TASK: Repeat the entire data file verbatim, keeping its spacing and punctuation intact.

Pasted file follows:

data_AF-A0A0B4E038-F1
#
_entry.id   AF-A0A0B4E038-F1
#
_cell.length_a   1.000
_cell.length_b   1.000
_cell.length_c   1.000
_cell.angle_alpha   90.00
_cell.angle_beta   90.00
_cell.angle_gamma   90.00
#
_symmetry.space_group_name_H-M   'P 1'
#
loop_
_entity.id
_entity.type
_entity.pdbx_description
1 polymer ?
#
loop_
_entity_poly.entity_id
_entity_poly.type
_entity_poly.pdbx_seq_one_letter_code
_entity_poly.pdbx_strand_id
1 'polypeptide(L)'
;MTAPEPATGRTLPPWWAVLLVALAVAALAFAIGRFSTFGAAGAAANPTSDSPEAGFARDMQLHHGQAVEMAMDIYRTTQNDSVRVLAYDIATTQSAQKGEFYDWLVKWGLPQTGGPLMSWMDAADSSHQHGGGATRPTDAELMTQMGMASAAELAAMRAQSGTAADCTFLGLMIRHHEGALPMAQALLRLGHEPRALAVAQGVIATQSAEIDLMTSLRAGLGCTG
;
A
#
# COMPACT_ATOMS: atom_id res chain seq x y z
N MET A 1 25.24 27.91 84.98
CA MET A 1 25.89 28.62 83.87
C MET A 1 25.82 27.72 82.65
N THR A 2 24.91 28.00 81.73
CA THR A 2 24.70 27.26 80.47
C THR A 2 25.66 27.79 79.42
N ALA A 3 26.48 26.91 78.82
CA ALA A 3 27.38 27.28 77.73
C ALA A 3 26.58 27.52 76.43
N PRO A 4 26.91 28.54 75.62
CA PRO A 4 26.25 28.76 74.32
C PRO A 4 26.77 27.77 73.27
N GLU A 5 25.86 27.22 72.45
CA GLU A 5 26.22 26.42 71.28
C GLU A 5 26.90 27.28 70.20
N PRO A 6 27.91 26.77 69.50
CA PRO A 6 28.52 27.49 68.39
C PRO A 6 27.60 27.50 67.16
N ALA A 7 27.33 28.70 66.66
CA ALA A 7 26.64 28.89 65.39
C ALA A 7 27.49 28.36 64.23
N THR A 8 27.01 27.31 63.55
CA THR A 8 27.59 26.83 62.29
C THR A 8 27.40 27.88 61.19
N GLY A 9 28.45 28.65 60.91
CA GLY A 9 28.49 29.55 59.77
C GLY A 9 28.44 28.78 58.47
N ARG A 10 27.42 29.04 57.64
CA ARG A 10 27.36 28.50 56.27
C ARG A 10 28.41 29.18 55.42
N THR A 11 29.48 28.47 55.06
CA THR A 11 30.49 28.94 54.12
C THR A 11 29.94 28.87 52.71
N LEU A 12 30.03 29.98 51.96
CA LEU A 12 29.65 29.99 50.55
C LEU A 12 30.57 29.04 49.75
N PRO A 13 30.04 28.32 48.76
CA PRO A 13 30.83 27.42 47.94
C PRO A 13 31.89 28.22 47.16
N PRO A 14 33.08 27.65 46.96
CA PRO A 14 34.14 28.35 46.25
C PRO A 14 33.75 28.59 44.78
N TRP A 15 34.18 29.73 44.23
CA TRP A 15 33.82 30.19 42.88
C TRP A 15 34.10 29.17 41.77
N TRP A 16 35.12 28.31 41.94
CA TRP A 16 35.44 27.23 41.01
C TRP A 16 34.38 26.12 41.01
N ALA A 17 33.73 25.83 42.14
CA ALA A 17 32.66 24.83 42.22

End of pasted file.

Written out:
data_AF-A0A0B4E038-F1
#
_entry.id   AF-A0A0B4E038-F1
#
_cell.length_a   1.000
_cell.length_b   1.000
_cell.length_c   1.000
_cell.angle_alpha   90.00
_cell.angle_beta   90.00
_cell.angle_gamma   90.00
#
_symmetry.space_group_name_H-M   'P 1'
#
loop_
_entity.id
_entity.type
_entity.pdbx_description
1 polymer ?
#
loop_
_entity_poly.entity_id
_entity_poly.type
_entity_poly.pdbx_seq_one_letter_code
_entity_poly.pdbx_strand_id
1 'polypeptide(L)'
;MTAPEPATGRTLPPWWAVLLVALAVAALAFAIGRFSTFGAAGAAANPTSDSPEAGFARDMQLHHGQAVEMAMDIYRTTQNDSVRVLAYDIATTQSAQKGEFYDWLVKWGLPQTGGPLMSWMDAADSSHQHGGGATRPTDAELMTQMGMASAAELAAMRAQSGTAADCTFLGLMIRHHEGALPMAQALLRLGHEPRALAVAQGVIATQSAEIDLMTSLRAGLGCTG
;
A
#
# COMPACT_ATOMS: atom_id res chain seq x y z
N MET A 1 25.24 27.91 84.98
CA MET A 1 25.89 28.62 83.87
C MET A 1 25.82 27.72 82.65
N THR A 2 24.91 28.00 81.73
CA THR A 2 24.70 27.26 80.47
C THR A 2 25.66 27.79 79.42
N ALA A 3 26.48 26.91 78.82
CA ALA A 3 27.38 27.28 77.73
C ALA A 3 26.58 27.52 76.43
N PRO A 4 26.91 28.54 75.62
CA PRO A 4 26.25 28.76 74.32
C PRO A 4 26.77 27.77 73.27
N GLU A 5 25.86 27.22 72.45
CA GLU A 5 26.22 26.42 71.28
C GLU A 5 26.90 27.28 70.20
N PRO A 6 27.91 26.77 69.50
CA PRO A 6 28.52 27.49 68.39
C PRO A 6 27.60 27.50 67.16
N ALA A 7 27.33 28.70 66.66
CA ALA A 7 26.64 28.89 65.39
C ALA A 7 27.49 28.36 64.23
N THR A 8 27.01 27.31 63.55
CA THR A 8 27.59 26.83 62.29
C THR A 8 27.40 27.88 61.19
N GLY A 9 28.45 28.65 60.91
CA GLY A 9 28.49 29.55 59.77
C GLY A 9 28.44 28.78 58.47
N ARG A 10 27.42 29.04 57.64
CA ARG A 10 27.36 28.50 56.27
C ARG A 10 28.41 29.18 55.42
N THR A 11 29.48 28.47 55.06
CA THR A 11 30.49 28.94 54.12
C THR A 11 29.94 28.87 52.71
N LEU A 12 30.03 29.98 51.96
CA LEU A 12 29.65 29.99 50.55
C LEU A 12 30.57 29.04 49.75
N PRO A 13 30.04 28.32 48.76
CA PRO A 13 30.83 27.42 47.94
C PRO A 13 31.89 28.22 47.16
N PRO A 14 33.08 27.65 46.96
CA PRO A 14 34.14 28.35 46.25
C PRO A 14 33.75 28.59 44.78
N TRP A 15 34.18 29.73 44.23
CA TRP A 15 33.82 30.19 42.88
C TRP A 15 34.10 29.17 41.77
N TRP A 16 35.12 28.31 41.94
CA TRP A 16 35.44 27.23 41.01
C TRP A 16 34.38 26.12 41.01
N ALA A 17 33.73 25.83 42.14
CA ALA A 17 32.66 24.83 42.22